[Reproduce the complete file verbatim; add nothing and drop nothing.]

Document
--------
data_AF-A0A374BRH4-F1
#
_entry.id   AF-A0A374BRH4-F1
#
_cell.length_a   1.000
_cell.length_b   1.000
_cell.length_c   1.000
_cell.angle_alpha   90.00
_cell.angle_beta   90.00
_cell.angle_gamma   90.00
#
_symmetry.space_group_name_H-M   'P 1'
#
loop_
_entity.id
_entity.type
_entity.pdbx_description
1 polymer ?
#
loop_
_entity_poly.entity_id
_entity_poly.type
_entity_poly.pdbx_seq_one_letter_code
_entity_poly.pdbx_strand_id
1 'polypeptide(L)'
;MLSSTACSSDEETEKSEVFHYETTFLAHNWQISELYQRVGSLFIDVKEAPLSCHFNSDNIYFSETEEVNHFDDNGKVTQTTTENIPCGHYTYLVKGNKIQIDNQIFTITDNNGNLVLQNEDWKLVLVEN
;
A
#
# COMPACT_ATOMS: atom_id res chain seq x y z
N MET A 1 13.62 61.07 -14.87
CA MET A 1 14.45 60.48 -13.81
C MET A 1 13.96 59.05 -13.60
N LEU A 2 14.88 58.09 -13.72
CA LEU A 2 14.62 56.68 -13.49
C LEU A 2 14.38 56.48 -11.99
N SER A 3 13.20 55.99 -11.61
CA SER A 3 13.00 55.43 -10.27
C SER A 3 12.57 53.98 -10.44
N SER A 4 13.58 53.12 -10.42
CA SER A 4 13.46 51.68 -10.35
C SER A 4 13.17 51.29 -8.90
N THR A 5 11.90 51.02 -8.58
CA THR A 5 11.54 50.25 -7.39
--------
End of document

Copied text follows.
data_AF-A0A374BRH4-F1
#
_entry.id   AF-A0A374BRH4-F1
#
_cell.length_a   1.000
_cell.length_b   1.000
_cell.length_c   1.000
_cell.angle_alpha   90.00
_cell.angle_beta   90.00
_cell.angle_gamma   90.00
#
_symmetry.space_group_name_H-M   'P 1'
#
loop_
_entity.id
_entity.type
_entity.pdbx_description
1 polymer ?
#
loop_
_entity_poly.entity_id
_entity_poly.type
_entity_poly.pdbx_seq_one_letter_code
_entity_poly.pdbx_strand_id
1 'polypeptide(L)'
;MLSSTACSSDEETEKSEVFHYETTFLAHNWQISELYQRVGSLFIDVKEAPLSCHFNSDNIYFSETEEVNHFDDNGKVTQTTTENIPCGHYTYLVKGNKIQIDNQIFTITDNNGNLVLQNEDWKLVLVEN
;
A
#
# COMPACT_ATOMS: atom_id res chain seq x y z
N MET A 1 13.62 61.07 -14.87
CA MET A 1 14.45 60.48 -13.81
C MET A 1 13.96 59.05 -13.60
N LEU A 2 14.88 58.09 -13.72
CA LEU A 2 14.62 56.68 -13.49
C LEU A 2 14.38 56.48 -11.99
N SER A 3 13.20 55.99 -11.61
CA SER A 3 13.00 55.43 -10.27
C SER A 3 12.57 53.98 -10.44
N SER A 4 13.58 53.12 -10.42
CA SER A 4 13.46 51.68 -10.35
C SER A 4 13.17 51.29 -8.90
N THR A 5 11.90 51.02 -8.58
CA THR A 5 11.54 50.25 -7.39